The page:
Graphical Abstract

1. Introduction

Cyanobacteria have proven to be a prolific source of structurally highly diverse and biologically active secondary metabolites. Especially from marine species a huge array of bioactive lipopeptides has been isolated. These compounds are mostly derived from the combination of polyketide synthase (PKS) and non-ribosomal peptide synthetase (NRPS) based biosynthetic pathways [1,2,3].
[7.7]Paracyclophanes have been isolated exclusively from soil and freshwater cyanobacterial species belonging to the genera Cylindrospermum and Nostoc. Since the initial report of cylindrocyclophane A from Cylindrospermum licheniforme Kützing ATCC 29204 and nostocyclophane D from Nostoc linckia (Roth) Bornet UTEX B 1932 by Moore et al. in 1990 [4], 32 other naturally occurring [7.7]paracyclophanes have been published. Generally, these compounds possess a remarkable symmetric hydrocarbon macrocycle consisting of two resorcinols linked by two aliphatic chains. This core structure is decorated with a variety of substituents, such as methyl, hydroxy, acetoxy or carbamate groups. Furthermore, glycosylations of the phenolic moieties and halogenation to a varying degree have been reported. Regardless of the individual substitution patterns, the derivatives exhibit cytotoxicity against various cancer cell lines in the low micromolar range but also against non-tumorigenic cells [5,6,7,8,9,10,11].
The unique carbon backbone of the [7.7]paracyclophanes has attracted the interest of organic chemists, and several total syntheses of cylindrocyclophanes A and F have been developed [12,13]. Subsequent improvement of their synthetic routes led to both a reduction of required steps and a significant increase in yield [14,15]. The major (bio)synthetic theme in [7.7]paracyclophane formation—a head-to-tail cyclodimerization of monomeric alkylresorcinol intermediates towards the final C2-symmetric macrocyclic skeleton—was already proposed from feeding experiments with isotopically labeled sodium acetate by Bobzin and Moore in 1993, suggesting the [7.7]paracyclophane core to be of polyketide origin [16]. The recently published discovery of the cylindrocyclophane gene cluster in C. licheniforme UTEX ‘B 2014’ (also designated as ATCC 29412) by Nakamura et al. corroborated a monomeric, ‘unusual’ biosynthetic logic. Via a chemically guided genome mining approach and feeding studies, the authors showed that biosynthesis of a putative monomeric intermediate is accomplished in particular by PKS-mediated elongation and aromatization steps of decanoic acid, which is most likely the initial precursor for cylindrocyclophane biosynthesis [17,18,19]. However, the exact enzymatic mechanisms behind the accomplishment of intermolecular dimerization as well as the halogenation events by the biosynthetic machinery are still not completely resolved. According to recent research results, the hypothetical protein CylC of the cylindrocyclophane gene cluster and related homologues seem to present a hitherto unknown type of halogenase that facilitates halogenation of alkyl chains by an unusual C-H bond activation. CylC is also discussed to be involved in C-C bond activation of cylindrocyclophane biosynthesis [20,21].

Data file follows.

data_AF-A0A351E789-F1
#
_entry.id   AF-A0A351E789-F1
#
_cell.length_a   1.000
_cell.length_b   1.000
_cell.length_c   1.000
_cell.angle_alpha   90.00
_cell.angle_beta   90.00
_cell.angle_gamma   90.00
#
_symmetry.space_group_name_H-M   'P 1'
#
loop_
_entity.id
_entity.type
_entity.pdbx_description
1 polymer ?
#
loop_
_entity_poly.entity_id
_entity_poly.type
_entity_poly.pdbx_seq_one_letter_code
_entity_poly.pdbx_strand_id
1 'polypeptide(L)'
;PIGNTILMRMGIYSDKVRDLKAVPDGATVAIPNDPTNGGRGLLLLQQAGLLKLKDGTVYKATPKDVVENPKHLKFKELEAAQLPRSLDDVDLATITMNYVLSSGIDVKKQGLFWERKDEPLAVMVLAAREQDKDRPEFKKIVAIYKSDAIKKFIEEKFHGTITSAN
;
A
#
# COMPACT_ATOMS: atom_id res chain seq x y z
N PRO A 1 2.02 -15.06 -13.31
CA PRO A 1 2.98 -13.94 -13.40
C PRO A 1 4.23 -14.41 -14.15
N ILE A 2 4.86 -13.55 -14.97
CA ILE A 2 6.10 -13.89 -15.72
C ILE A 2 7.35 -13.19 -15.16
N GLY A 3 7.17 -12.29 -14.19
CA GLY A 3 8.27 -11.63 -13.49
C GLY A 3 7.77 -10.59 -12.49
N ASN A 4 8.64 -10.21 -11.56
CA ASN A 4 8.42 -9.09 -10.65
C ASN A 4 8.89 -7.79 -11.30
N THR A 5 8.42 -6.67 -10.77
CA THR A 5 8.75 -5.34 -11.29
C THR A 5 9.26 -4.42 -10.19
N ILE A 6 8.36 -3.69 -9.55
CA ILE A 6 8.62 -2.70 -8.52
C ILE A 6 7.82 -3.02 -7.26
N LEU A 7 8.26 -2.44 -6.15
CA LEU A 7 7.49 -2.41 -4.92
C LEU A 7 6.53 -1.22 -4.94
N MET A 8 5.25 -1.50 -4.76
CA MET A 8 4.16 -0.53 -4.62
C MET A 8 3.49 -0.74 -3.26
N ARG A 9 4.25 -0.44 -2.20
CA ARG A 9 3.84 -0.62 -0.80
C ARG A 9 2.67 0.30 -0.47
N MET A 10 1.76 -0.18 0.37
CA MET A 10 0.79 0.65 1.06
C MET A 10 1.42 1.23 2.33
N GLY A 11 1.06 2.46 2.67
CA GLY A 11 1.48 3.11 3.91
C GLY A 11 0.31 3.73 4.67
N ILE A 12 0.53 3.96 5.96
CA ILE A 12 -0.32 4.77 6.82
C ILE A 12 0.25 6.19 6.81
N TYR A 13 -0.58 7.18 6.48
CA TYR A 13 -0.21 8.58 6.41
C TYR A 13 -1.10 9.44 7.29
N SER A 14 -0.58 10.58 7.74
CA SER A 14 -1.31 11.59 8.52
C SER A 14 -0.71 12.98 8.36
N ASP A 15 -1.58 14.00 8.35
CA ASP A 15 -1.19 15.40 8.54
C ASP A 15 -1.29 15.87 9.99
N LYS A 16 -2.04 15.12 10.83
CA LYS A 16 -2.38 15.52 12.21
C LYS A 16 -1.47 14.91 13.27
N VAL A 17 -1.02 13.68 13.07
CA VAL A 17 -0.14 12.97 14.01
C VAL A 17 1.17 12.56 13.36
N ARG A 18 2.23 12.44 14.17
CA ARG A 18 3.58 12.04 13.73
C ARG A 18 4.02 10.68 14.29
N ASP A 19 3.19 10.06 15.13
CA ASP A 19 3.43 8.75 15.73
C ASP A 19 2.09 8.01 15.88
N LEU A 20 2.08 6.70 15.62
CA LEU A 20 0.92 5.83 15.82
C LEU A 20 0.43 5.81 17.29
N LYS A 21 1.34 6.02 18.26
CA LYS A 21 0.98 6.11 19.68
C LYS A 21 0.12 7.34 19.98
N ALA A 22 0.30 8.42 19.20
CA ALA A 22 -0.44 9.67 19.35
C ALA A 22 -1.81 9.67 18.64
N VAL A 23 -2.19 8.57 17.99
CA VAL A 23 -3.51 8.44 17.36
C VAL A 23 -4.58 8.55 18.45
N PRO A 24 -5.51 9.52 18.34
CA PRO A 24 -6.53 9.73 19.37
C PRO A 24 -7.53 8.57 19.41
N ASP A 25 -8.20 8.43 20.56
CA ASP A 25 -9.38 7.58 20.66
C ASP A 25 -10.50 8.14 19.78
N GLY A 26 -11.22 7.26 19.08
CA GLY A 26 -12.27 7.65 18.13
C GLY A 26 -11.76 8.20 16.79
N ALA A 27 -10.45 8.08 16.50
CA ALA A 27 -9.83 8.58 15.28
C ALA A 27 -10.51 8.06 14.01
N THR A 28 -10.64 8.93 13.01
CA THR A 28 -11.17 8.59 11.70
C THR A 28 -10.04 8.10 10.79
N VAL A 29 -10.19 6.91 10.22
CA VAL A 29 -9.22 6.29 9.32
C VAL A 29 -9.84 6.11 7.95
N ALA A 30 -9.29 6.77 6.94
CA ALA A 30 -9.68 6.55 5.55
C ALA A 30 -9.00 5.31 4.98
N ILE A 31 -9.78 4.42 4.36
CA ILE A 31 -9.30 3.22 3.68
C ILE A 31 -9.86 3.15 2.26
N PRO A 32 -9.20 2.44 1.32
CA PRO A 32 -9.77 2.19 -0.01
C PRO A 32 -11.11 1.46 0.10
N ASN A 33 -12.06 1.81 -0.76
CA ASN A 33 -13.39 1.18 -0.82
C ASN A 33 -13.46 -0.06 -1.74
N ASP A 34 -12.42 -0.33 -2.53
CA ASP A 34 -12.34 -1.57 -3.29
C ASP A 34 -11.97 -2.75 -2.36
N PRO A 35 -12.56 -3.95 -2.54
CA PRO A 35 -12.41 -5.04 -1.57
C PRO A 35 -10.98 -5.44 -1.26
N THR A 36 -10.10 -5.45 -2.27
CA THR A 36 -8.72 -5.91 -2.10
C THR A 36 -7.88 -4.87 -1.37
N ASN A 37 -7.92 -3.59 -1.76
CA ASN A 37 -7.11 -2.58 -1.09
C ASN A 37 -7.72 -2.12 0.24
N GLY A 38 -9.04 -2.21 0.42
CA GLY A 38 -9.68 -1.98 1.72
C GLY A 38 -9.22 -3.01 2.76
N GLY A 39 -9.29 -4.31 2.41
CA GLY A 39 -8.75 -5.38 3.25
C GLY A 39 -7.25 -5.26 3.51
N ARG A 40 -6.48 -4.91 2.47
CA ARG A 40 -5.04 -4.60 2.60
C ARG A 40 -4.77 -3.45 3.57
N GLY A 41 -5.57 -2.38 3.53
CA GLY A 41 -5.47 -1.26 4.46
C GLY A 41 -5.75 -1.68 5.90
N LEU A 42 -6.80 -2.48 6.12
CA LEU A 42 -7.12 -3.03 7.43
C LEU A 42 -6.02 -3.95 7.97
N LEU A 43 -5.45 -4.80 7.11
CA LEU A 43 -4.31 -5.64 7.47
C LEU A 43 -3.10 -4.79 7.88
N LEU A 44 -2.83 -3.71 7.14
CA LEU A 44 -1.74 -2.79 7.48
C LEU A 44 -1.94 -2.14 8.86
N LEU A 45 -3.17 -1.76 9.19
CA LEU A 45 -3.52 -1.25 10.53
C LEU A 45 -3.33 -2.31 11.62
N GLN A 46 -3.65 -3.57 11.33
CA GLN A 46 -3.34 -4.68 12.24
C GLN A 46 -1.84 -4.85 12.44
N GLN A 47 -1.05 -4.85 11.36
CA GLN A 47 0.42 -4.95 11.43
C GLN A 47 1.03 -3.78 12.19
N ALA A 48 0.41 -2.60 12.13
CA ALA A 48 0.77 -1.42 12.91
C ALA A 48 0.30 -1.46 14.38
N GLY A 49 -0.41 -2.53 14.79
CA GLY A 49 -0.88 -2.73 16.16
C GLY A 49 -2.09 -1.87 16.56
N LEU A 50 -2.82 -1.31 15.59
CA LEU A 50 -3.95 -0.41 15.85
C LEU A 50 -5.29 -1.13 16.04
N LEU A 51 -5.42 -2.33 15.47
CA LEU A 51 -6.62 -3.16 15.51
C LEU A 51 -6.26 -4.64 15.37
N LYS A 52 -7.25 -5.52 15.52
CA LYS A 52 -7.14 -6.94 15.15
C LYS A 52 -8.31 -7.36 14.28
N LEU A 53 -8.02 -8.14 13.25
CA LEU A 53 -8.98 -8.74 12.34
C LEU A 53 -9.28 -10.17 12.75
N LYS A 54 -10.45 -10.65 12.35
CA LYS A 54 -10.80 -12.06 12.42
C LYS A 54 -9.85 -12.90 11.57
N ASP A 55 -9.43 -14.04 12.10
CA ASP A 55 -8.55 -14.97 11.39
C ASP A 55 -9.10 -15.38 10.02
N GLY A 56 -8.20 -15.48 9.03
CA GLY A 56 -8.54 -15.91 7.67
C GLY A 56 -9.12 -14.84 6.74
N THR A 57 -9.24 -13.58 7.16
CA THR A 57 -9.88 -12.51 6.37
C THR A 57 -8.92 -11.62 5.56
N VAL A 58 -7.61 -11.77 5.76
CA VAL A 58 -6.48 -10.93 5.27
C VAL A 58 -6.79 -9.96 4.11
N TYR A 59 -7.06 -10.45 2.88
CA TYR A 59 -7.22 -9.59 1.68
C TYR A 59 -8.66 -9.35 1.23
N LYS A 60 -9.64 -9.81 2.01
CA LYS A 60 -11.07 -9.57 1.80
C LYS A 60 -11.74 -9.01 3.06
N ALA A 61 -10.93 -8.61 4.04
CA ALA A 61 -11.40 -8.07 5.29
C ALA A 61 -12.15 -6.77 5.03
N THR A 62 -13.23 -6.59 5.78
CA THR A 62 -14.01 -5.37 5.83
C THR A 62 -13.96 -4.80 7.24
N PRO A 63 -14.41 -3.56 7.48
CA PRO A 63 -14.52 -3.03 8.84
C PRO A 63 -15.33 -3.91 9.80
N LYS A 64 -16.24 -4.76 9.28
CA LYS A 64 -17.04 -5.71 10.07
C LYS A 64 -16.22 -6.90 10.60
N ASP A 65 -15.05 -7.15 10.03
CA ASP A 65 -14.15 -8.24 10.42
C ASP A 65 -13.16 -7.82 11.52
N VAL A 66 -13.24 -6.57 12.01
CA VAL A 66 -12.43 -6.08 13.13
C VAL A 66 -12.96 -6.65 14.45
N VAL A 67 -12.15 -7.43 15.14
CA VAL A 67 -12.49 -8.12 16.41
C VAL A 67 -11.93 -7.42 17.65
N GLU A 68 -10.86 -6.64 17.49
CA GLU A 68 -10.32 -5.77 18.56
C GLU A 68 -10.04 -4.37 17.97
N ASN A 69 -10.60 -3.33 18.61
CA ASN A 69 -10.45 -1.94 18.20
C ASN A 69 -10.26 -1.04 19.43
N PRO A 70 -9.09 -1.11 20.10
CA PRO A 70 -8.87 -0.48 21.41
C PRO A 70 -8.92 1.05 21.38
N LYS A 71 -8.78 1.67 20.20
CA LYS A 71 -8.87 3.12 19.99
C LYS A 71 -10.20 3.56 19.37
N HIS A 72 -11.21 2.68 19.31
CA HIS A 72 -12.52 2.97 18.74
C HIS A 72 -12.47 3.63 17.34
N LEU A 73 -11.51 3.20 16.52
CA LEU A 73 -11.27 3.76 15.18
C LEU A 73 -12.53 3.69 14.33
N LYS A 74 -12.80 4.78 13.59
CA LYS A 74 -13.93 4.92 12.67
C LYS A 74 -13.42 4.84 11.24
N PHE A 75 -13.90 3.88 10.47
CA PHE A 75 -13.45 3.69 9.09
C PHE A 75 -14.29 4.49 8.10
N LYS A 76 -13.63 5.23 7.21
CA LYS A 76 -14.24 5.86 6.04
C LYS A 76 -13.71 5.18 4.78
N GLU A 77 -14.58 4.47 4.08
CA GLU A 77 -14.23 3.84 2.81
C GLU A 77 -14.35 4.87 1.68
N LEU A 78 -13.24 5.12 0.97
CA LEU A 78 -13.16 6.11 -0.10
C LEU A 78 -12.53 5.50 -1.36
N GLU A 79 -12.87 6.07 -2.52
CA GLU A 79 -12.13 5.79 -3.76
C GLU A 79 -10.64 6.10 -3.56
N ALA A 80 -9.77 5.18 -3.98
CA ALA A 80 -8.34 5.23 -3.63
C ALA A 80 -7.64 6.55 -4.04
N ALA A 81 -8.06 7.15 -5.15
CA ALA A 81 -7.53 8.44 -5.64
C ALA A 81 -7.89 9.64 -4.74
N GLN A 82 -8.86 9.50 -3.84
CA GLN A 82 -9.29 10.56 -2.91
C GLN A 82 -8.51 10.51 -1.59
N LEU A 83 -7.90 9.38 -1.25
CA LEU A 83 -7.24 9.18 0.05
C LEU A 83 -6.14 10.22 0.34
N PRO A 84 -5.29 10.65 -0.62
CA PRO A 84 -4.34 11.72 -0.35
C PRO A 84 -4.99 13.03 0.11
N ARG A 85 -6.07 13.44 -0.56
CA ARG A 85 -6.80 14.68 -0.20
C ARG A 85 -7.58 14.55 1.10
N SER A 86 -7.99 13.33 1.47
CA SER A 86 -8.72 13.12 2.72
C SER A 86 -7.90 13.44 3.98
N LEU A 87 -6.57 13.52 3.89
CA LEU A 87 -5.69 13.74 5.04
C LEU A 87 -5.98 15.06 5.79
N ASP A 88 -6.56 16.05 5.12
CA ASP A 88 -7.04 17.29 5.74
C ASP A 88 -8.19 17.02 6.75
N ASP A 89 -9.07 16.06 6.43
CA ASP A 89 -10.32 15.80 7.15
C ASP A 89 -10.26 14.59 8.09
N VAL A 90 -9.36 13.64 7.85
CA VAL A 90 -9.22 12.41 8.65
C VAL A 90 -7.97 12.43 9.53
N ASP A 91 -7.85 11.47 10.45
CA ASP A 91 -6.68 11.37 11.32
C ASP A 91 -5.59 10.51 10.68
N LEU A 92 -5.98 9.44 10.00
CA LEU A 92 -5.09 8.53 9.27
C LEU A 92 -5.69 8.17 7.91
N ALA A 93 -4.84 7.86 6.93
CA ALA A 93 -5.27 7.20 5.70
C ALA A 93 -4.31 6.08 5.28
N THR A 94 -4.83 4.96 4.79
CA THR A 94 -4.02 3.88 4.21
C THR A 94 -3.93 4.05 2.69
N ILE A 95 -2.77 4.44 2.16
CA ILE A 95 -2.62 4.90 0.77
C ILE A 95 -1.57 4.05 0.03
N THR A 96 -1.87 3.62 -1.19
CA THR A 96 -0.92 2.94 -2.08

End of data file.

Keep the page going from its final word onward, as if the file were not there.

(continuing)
Chlipala et al. isolated the first tetrabrominated [7.7]paracyclophane, cylindrocyclophane AB4, from the terrestrial cyanobacterium Nostoc sp. UIC 10022A cultured in KBr-enriched medium, indicating a low substrate specificity of the putative halogenase involved in the cylindrocyclophane biosynthesis of that strain [8]. However, studies on the ability to incorporate other halogen atoms than chlorine and bromine or to identify a homologous biosynthetic gene cluster from cyanobacterial strains known to biosynthesize halogenated [7.7]paracyclophanes have not been published so far.